(G, T, V) Bob’s Juice Bar
15, rue Lucien Sampaix. 09 50 06 36 18. Mon–Fri, 7:30 a.m.–3 p.m.
Apparently even hipsters and bobos need their vitamins, because this funky organic juice bar (there are snacks, too) is always crowded. Good and good for you.
(C) Brasserie Flo
7, cour des Petites Ecuries (enter at 63, rue du Faubourg St.-Denis).
01 47 70 13 59. Classic, affordable brasserie in the Flo chain (the one the started it all), open daily until 1:30 a.m. We really like this one.
(G, V) Café Tolo
3, rue Eugène Varlin. 01 42 05 22 51. Tues–Sun, lunch; Wed–Sat, dinner.
This playfully decorated canteen serves updated Basque dishes, lightened for the lunch crowd and served with tough love by the woman who owns the place. The 12 euro lunch is a great deal.
(G, T) Le Cambodge
10, ave Richerand. 01 44 84 37 70. Mon–Sat, noon–2:30 p.m. and 8 p.m.–11:30 p.m.
Go early or be prepared to queue at this Canal St.-Martin favorite, serving Thai food that is definitely a cut above Paris standards.
(G, V, S) Le Cantine de Quentin
52, rue Bichat. 01 42 02 40 32. Tues–Sun, lunch.
This charming canal-side épicerie and wineshop also serves lunch, featuring a small menu of seasonal dishes and charcuterie. Read a full review here.
(G, S) Chez Michel
10, rue de Belzunce. 01 44 53 06 20. Tues–Fri, lunch; Mon–Fri, dinner.
The 32 euro menu at Chez Michel is perfectly fine, but chef Thierry Breton’s best dishes, generous and seasonal, are found on the chalkboard and will cost a little (or a lot) more. Order the paté en croute. Read a full review here.
(T, S) Hôtel du Nord
102, quai de Jemmapes. 01 40 40 78 78. Just like most other cafés and bistros along the Canal St.-Martin, Hôtel du Nord has a bit of a bobo atmosphere, where you’ll find just as many locals as out-of-towners. The menu is varied and aims to please the palate of everyone from the bon vivant to the pickiest of eaters. Wine flows at Hôtel du Nord, as do other cocktails and a wide range of teas.
16, rue du Faubourg St.-Denis. 01 47 70 12 06.This is a bustling art nouveau bistro in an area of town you don’t frequent, but it’s near the Portes de Paris. Julien is a charming place to bring a first-time visitor, as the waiters are extremely friendly and the prices are, too. We love the warm chocolate sauce, which they pour with flourish, high above the table, onto your glace vanille (vanilla ice cream).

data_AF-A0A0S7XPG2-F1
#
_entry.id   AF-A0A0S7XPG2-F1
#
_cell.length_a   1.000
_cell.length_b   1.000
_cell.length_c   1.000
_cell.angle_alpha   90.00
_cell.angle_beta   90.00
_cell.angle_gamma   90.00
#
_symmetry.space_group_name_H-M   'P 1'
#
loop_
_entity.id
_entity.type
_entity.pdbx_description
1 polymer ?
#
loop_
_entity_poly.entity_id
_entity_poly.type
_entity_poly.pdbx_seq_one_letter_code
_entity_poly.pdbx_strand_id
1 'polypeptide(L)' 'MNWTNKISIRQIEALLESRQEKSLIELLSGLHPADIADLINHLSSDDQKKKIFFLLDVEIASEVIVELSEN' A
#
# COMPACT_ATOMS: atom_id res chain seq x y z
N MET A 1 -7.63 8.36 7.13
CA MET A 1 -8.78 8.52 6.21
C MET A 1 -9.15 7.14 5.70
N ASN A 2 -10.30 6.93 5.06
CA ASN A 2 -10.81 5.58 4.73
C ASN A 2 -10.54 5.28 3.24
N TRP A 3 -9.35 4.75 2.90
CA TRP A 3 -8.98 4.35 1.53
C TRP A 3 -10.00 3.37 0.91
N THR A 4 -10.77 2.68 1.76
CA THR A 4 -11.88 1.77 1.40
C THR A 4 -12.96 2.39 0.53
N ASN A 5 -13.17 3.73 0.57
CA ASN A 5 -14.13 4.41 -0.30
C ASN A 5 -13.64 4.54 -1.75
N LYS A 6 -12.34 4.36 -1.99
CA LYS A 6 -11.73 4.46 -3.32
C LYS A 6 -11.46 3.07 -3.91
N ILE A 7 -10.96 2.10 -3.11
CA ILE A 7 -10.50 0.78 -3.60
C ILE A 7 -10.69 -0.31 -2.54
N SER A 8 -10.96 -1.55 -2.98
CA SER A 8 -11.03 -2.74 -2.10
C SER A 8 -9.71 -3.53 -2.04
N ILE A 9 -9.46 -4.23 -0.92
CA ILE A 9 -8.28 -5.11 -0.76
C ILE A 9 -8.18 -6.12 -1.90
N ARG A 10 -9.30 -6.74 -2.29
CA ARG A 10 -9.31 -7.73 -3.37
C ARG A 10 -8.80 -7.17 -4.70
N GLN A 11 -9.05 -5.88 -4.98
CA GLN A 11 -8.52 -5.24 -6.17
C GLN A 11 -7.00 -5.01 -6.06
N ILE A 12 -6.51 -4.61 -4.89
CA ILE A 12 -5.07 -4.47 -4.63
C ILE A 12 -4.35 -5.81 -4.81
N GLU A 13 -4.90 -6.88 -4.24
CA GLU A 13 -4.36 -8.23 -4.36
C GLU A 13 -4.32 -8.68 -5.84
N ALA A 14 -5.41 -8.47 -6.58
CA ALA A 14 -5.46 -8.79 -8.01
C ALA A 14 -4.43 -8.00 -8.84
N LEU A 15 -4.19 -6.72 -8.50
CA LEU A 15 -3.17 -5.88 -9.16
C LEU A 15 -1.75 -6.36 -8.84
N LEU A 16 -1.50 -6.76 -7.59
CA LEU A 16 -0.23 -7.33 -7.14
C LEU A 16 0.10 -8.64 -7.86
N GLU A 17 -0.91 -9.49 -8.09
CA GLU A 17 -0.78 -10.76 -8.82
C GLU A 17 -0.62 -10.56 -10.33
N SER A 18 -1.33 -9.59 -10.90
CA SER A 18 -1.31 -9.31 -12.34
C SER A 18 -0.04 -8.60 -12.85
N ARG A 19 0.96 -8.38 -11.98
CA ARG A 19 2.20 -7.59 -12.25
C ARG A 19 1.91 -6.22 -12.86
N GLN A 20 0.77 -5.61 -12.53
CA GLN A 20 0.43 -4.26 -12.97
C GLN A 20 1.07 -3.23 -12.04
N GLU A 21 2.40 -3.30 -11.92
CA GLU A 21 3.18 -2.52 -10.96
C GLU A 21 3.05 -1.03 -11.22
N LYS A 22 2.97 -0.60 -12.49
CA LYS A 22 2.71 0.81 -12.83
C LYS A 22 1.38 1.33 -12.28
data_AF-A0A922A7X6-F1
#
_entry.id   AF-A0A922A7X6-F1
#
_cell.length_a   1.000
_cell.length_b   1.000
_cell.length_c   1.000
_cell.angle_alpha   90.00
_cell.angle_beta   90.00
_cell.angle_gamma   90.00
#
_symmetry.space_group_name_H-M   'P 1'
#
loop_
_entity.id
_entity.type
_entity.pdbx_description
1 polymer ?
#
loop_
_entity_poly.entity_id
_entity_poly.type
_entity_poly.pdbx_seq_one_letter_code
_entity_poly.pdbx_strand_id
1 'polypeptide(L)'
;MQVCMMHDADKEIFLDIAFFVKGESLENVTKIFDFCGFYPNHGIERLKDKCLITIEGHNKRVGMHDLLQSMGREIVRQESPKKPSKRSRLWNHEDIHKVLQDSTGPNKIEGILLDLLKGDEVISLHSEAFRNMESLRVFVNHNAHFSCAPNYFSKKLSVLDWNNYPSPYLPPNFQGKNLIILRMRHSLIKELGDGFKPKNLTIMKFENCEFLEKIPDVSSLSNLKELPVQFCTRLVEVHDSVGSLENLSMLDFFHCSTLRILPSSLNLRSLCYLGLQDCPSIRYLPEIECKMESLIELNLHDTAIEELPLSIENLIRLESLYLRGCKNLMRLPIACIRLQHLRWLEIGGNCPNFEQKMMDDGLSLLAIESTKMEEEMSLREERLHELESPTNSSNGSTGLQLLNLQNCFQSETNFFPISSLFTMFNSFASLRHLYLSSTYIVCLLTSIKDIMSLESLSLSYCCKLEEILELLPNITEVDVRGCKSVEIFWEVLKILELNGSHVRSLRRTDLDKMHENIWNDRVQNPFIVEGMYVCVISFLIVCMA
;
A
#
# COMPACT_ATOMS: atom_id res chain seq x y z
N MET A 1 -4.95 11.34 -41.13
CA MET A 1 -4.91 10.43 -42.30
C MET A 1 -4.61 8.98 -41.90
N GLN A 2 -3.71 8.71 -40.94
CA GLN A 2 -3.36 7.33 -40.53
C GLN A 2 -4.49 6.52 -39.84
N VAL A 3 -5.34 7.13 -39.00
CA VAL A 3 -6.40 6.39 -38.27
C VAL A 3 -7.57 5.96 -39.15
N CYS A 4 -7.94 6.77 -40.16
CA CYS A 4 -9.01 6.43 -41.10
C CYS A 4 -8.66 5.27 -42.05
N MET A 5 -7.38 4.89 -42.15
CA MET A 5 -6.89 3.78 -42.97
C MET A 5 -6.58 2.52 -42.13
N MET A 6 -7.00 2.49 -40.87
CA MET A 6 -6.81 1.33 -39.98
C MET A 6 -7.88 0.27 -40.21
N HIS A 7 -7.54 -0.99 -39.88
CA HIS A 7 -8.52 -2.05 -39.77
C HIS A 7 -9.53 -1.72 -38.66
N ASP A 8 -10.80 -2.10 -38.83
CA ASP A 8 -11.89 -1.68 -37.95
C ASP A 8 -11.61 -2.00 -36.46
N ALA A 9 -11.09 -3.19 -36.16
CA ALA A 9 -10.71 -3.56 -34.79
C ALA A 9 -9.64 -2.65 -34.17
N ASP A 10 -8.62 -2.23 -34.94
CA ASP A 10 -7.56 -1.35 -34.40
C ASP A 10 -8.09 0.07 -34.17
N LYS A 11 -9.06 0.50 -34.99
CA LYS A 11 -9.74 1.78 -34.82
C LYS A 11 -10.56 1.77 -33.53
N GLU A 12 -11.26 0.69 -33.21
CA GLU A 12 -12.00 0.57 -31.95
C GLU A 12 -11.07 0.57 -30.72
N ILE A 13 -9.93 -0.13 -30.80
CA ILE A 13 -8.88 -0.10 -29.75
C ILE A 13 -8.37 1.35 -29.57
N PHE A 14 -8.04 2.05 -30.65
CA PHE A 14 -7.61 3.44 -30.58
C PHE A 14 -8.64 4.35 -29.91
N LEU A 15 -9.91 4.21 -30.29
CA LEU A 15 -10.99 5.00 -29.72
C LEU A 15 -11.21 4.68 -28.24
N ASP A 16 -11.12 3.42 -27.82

(H, G, V) Krishna Bhavan
24, rue Cail. 01 42 05 78 43. Daily, 11 a.m.–11 p.m.
Head to the neighborhood behind the Gare du Nord for the best Indian and Sri Lankan food in Paris. The rue Cail is a real restaurant row, and this is the place to choose.
(G, T, V) Pink Flamingo
67, rue Bichat. 01 42 02 31 70. Tues–Sun, lunch and dinner.
Pizza “not like the others” is the motto at the Pink Flamingo, and it’s not kidding. The Bjork features smoked salmon; the Che, Cuban roast pork and plantains. You can eat in, take food home or have it delivered.
(S, V) La Tête dans les Olives
2, rue Ste.-Marthe. Reservations only by email: firstname.lastname@example.org.
Cédric Casanova’s Sicilian olive oils are served at some very famous restaurants (Ducasse, anyone?). But for something really special, book the single table in his tiny boutique for a lunch or dinner featuring the best of the Sicilian pantry.
(T, S) Le Verre Volé
67, rue de Lancry, in the 10th. 01 48 03 17 34. Daily, lunch and dinner.
Reserve ahead if you want one of the few tables at this popular caviste of natural wines. Otherwise this is the place to pick up a bottle for drinking along the Canal St.-Martin. Read a full review here.
137, rue du Faubourg du Temple. 01 42 39 68 68. Zorba is busy day and night, with people chatting, smoking, drinking, reading and simply being French. This is the real Paris, with people of every background, size, shape and color.